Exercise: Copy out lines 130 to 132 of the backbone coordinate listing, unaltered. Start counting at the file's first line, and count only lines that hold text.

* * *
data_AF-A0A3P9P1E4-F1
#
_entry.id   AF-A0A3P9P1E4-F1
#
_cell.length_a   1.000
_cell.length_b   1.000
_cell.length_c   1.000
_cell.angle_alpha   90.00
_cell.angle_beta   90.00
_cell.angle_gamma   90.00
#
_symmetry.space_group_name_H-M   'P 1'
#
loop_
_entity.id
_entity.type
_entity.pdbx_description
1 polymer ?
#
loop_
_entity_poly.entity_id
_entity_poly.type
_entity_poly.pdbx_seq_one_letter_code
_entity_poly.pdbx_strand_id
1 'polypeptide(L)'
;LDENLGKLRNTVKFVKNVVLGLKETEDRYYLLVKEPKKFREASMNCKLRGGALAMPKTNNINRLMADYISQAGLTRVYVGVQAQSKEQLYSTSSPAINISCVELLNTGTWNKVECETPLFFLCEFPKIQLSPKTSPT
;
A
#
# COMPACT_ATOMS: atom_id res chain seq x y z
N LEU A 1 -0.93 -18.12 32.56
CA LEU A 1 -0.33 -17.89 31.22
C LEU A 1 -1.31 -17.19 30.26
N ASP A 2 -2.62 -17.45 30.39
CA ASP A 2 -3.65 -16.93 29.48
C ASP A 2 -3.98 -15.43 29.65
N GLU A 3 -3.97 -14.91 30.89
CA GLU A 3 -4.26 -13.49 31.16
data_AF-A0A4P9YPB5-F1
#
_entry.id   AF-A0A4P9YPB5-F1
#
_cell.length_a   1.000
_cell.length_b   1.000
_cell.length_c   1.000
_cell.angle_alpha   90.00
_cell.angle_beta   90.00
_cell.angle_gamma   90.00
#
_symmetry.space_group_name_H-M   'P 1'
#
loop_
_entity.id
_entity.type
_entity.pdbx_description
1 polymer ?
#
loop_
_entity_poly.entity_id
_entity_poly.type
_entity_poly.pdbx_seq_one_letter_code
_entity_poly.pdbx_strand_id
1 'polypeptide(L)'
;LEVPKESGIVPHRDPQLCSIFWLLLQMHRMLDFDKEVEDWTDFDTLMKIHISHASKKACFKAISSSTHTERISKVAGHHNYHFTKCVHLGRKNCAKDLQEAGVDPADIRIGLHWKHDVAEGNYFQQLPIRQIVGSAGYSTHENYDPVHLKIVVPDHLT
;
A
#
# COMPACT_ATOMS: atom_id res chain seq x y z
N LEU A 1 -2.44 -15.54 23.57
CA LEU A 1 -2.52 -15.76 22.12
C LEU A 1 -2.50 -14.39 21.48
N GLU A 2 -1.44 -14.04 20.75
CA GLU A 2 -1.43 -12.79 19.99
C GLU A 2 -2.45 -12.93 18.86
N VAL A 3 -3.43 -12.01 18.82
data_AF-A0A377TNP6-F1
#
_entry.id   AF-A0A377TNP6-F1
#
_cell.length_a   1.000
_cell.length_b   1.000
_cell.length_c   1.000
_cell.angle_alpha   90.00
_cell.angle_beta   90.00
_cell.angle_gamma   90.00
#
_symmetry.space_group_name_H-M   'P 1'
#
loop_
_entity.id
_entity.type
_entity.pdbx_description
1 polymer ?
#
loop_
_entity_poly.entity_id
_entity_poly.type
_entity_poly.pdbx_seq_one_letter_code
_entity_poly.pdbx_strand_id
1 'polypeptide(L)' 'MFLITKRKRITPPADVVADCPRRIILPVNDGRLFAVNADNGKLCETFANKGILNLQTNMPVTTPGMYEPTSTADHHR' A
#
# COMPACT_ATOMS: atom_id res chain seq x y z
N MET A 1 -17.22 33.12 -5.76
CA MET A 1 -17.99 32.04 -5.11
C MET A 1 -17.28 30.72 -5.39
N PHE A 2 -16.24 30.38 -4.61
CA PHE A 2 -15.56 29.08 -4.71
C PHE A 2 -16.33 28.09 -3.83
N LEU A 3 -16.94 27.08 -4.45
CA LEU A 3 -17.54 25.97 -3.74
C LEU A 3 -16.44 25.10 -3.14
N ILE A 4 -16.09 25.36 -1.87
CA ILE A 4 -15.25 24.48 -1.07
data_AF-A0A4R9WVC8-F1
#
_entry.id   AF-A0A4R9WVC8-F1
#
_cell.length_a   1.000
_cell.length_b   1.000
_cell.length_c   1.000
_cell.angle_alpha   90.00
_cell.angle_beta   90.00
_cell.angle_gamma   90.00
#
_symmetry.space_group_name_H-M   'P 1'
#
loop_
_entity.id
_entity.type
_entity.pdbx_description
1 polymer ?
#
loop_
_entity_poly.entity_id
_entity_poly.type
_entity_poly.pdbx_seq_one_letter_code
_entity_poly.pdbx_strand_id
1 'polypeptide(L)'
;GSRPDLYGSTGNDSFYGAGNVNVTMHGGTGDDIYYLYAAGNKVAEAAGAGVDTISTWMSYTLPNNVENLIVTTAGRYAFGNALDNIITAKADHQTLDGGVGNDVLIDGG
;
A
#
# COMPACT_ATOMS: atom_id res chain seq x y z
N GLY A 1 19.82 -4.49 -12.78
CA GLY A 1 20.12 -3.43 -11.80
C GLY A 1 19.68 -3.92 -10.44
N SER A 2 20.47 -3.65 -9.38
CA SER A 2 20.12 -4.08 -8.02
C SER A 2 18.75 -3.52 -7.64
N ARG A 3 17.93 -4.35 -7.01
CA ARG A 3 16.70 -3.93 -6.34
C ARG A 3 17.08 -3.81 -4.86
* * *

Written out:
_entity.pdbx_description
1 polymer ?
#